A reverse mortgage allows someone over the age of 62 to convert part of the equity in their home into cash without selling the home. In a “reverse” mortgage, you receive money from the lender, and generally don’t have to pay it back for as long as you live in your home. The loan is repaid when you die, sell your home, or when your home is no longer your primary residence. Before doing a reverse mortgage, make sure you understand how reverse mortgages work, what types are available and how to get the best deal.
Articles About Reverse Mortgage
- How Reverse Mortgages Affect Medicaid
Seniors are pitched the benefits of a reverse mortgage as a way to "unlock" the equity in their home and pay for a better lifestyle. If they take advantage of this option, what happens when they no longer live in the home and try to qualify for Medicaid?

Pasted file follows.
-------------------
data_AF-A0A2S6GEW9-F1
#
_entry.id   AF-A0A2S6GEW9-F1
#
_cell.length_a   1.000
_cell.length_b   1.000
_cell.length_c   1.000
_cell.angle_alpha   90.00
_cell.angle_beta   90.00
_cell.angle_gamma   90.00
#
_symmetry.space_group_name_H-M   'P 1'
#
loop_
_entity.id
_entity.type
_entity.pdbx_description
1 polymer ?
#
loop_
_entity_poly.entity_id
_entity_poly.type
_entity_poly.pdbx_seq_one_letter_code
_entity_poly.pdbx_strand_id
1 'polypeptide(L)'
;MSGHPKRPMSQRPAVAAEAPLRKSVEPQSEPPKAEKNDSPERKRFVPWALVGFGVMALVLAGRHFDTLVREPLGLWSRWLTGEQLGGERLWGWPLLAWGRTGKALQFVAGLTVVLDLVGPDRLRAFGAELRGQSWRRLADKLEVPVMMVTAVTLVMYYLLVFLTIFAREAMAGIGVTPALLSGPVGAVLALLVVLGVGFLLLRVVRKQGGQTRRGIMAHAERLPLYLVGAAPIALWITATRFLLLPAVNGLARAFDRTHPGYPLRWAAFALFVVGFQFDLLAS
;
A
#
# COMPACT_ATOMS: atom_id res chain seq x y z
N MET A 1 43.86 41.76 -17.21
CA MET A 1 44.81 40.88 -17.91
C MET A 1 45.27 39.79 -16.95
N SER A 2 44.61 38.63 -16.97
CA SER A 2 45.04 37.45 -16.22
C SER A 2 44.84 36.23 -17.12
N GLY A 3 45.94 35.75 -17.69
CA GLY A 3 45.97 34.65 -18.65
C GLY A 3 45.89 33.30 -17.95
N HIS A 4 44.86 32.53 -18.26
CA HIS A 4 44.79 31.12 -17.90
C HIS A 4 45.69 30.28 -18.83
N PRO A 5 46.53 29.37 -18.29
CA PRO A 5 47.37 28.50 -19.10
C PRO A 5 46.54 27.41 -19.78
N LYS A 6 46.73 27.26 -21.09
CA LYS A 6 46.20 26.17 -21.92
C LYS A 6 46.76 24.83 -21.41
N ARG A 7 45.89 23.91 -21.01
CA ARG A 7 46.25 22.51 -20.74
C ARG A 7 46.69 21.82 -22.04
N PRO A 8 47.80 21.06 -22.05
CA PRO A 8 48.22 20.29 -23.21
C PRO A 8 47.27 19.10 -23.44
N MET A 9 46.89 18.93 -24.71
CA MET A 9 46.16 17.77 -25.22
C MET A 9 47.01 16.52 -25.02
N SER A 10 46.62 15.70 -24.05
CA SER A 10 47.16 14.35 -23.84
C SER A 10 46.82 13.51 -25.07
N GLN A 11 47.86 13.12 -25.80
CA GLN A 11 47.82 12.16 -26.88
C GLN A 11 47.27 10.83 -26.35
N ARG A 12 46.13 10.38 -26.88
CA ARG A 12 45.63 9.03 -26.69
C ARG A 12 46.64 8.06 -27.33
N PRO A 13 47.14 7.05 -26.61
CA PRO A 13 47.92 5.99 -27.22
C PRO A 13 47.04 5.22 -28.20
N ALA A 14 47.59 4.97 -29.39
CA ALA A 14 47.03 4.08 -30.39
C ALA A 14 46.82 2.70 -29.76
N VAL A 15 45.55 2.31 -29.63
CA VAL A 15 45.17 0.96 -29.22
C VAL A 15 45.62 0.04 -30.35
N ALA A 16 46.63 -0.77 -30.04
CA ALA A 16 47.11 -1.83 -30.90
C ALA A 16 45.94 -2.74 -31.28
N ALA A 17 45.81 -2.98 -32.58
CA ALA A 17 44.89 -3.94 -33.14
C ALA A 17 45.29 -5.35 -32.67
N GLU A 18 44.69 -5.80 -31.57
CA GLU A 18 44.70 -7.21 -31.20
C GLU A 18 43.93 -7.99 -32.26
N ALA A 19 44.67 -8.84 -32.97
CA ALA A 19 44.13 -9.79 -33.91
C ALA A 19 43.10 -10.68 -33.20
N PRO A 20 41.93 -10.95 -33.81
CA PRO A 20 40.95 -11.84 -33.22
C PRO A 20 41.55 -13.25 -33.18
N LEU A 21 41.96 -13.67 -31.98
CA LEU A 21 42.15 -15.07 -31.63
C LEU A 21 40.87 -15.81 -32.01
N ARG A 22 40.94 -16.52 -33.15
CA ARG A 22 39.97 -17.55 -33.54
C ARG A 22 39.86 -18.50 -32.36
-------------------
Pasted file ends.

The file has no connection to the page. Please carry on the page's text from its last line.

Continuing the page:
- Understanding the Pros and Cons of Reverse Mortgages
Reverse mortgages are becoming increasingly popular ways for seniors to increase their cash flow and cover costs. As with any financial strategy, it’s important to consider the benefits and drawbacks of this method for increasing retirement income.
- How Seniors Can Tap Home Equity for Retirement Income
For some homeowners, a reverse mortgage may be the best way to provide retirement income or pay off debts. However, seniors have other options that may make more sense than a reverse mortgage, depending on their goals and financial situation.